Today we are exactly a week at sea and we are almost there. North West Providence channel is now rapidly coming closer and that is where we will see land again for the first time. Bahamian Islands to starboard and to port, visible to eye if the weather is clear.

Here at sea the weather was not very clear and Mother Nature had decided not to listen to what the meteo guru’s in their infinite wisdom had pulled out of their computers. On a wide open ocean, it does not take very much to change a regular pattern of weather. And that is what happened last night. I was bravely hoping for a real Caribbean day, with lots of sunshine, and what we got was still a Caribbean day but the rainy version.  A long band of rain had been laying over the east coast of Florida and it was supposed to come over tonight. No problem for us, everybody inside enjoying the music walk and the Bo ‘sun outside enjoying that his ship was de-salted free of charge.

Quiet times at Cape Hatteras. Patches of 12 feet of swell is really nothing compare to what it is capable of.

But the frontal system decided to speed up, most likely caused by the fact that it is unusually quiet at Cape Hatteras at the moment and the weather system was not pulled that way. So it came our way and all morning dark and gloomy clouds were surrounding the ship and on occasion also descending upon the ship. By lunch time it started to clear up but it will not be before tonight that it should all be gone. Unless the weather front decides to stall, then we will still have some of it tomorrow. But still, the seas are fairly calm, we just have some chop and wind caused by the weather front and the ship is riding nicely through it all.

And this is the rain picture we sailed today through the lower tail of the weather system. (Photo courtesy www. Weather.com)

A guest commented today, that he has seen so few ships since leaving Funchal, and he was correct. Although there are plenty ships out there the area is so vast that even if they go the same way, they might just be outside the range of the eye. The earth curves and thus you can only see so far. On the bridge which is about 75 feet above water, we can see between 10 and 15 miles depending on the clarity of the air and the size of the object. At night we can see ships about 6 miles away as that is the requirement for the strength of their navigation lights. On our commercial radars we can pick up a ship at 48 nautical miles and sometimes even up to 96 miles. The Navy has much better gadgets again and can do several hundreds of miles without any problem.

This is a shipping pattern that you can plot if you keep adding the transponder trails to the same route over a period of time. It shows most of the traffic near ports and a general trickle going South East of Freeport, there were we are coming in.

But the main reason for not seeing many ships is, that our route is not a main shipping route. There are not many ships who ply between Funchal and the Bahamas and thus we are really alone. This route only sees traffic in spring and autumn when the cruise ships are migrating. Most ships coming from or going to the American continent, follow the  Gulf Stream  and make an educated guess between sailing in the nicest weather (and making good speed) or  taking a bit of turbulence (and losing some speed) if in the balance they still make the best time. Cargo ship engines are the most efficient when going full speed. So those ships race full speed to their destination and when they arrive, drop the hook if they have to wait for a berth. Then the expensive main engine goes off and a small auxiliary or donkey engine provides the little bit of power that is needed to keep the ship going.  So for them it is not so important to have nice weather but combined circumstances that equate to the lowest fuel consumption.  The Gulf Stream in the back helps them save a considerable amount and thus they start their crossing most of the time just under Cape Hatteras. That does not give the best of weather but they will have following storms and that does delay a ship much less than have to battle against a storm.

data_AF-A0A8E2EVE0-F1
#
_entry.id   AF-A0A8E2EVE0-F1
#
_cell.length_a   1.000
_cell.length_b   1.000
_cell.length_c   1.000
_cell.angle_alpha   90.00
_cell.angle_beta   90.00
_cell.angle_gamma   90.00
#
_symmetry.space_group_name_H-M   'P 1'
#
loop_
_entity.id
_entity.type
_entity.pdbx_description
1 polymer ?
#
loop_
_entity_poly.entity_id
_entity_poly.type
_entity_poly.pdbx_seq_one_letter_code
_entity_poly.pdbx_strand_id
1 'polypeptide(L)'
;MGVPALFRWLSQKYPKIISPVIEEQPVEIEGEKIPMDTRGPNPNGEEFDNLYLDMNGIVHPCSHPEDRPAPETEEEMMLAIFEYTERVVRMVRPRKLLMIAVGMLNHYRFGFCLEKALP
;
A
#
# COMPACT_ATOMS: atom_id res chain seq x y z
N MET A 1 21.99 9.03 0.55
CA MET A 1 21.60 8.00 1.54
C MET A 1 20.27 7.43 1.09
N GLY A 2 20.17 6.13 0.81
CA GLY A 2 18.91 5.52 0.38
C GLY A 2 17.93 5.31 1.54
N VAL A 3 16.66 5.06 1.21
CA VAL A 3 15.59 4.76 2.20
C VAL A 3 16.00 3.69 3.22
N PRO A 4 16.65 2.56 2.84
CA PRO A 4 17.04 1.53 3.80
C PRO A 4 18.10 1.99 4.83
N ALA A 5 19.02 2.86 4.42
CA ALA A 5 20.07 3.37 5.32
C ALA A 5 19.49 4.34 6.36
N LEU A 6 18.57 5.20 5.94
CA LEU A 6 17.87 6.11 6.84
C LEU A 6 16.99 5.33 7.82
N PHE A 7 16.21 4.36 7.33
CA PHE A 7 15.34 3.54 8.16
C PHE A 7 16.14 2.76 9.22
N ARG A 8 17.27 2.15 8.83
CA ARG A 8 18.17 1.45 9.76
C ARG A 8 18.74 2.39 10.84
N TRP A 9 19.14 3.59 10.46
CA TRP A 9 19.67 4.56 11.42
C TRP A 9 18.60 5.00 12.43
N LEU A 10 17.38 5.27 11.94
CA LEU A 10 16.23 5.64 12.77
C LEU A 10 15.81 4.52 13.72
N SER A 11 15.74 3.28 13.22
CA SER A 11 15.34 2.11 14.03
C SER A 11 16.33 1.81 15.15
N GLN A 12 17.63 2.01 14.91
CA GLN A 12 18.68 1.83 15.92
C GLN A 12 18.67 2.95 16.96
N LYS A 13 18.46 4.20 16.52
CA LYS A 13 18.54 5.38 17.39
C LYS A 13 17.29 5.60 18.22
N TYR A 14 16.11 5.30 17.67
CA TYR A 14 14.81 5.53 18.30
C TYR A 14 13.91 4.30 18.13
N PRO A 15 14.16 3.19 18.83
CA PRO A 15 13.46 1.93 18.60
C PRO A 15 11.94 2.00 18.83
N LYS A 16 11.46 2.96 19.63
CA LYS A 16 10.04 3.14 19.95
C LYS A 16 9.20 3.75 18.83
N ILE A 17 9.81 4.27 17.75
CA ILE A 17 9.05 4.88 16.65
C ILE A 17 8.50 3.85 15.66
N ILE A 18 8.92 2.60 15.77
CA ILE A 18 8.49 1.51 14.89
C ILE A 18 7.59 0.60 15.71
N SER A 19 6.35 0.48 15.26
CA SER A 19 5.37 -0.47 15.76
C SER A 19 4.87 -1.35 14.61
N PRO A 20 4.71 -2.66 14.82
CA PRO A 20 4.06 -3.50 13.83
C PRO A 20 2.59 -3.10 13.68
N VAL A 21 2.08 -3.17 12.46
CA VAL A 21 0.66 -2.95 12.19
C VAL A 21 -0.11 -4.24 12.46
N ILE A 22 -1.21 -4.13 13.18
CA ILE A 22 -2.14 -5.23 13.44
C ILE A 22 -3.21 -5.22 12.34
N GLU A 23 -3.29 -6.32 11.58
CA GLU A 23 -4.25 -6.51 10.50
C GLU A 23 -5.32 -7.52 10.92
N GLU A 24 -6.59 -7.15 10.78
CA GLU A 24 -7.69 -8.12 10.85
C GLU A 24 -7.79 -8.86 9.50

A nice aerial photo which shows the Grand Bahama Bank, the islands and other sandy patches. (Photo courtesy NASA, so I assume this was taken from space)

Tomorrow is our last day at sea. Then in the late afternoon we will enter the Bahamas, between South Abaco Island to the North, and Eleuthera Island to the south. The body of water is called the North West Providence channel and are near the gap on the Abaco Island side is called the “hole in the wall” quite appropriately.

16 December 2018; Crossing the North Atlantic, day 6.

As promised by the weather forecast, the wind and swell out there indeed abated. The wind shifted from the West (the very last tail of the storm system) to the South East (the beginning of the Trade winds) and is now behind us but it is not blowing very strongly. Swell can only die down when the wind abates and when that happened in the early morning the swell came down as well a few hours later. Out there the ocean is still not flat (whenever have you seen an ocean that is flat?) but we are now down to the long low rolling low swell of a North Atlantic at its most tranquil.  We still see the occasional white cap, indicating that we have winds somewhere between 3 and 4 Beaufort and that is also normal North Atlantic weather. If you get real calm weather in this area, when the winds are completely becalmed and the seas look oily, then you better brace yourself as that indicates that “silence before the storm”.

The wave/ swell chart for today. Look at all that nice blue. As long as that green stuff near Cape Hatteras is not coming down we will have flat calm weather all the way to Florida.

There are areas around the world where it can be very wind still. But that is not normal for this area located just south of the North Atlantic storm fields. Here you always have a little bit of wind, either being remnants of storm systems, or the northerly rim of the Trade Winds. And we are coming closer and closer to the Trade Wind area. Most people identify the Trade Winds with the Caribbean Sea and that is not incorrect. But the Trade Winds are not there because of the Caribbean, the Caribbean area is simply in the way of the Trade Wind system.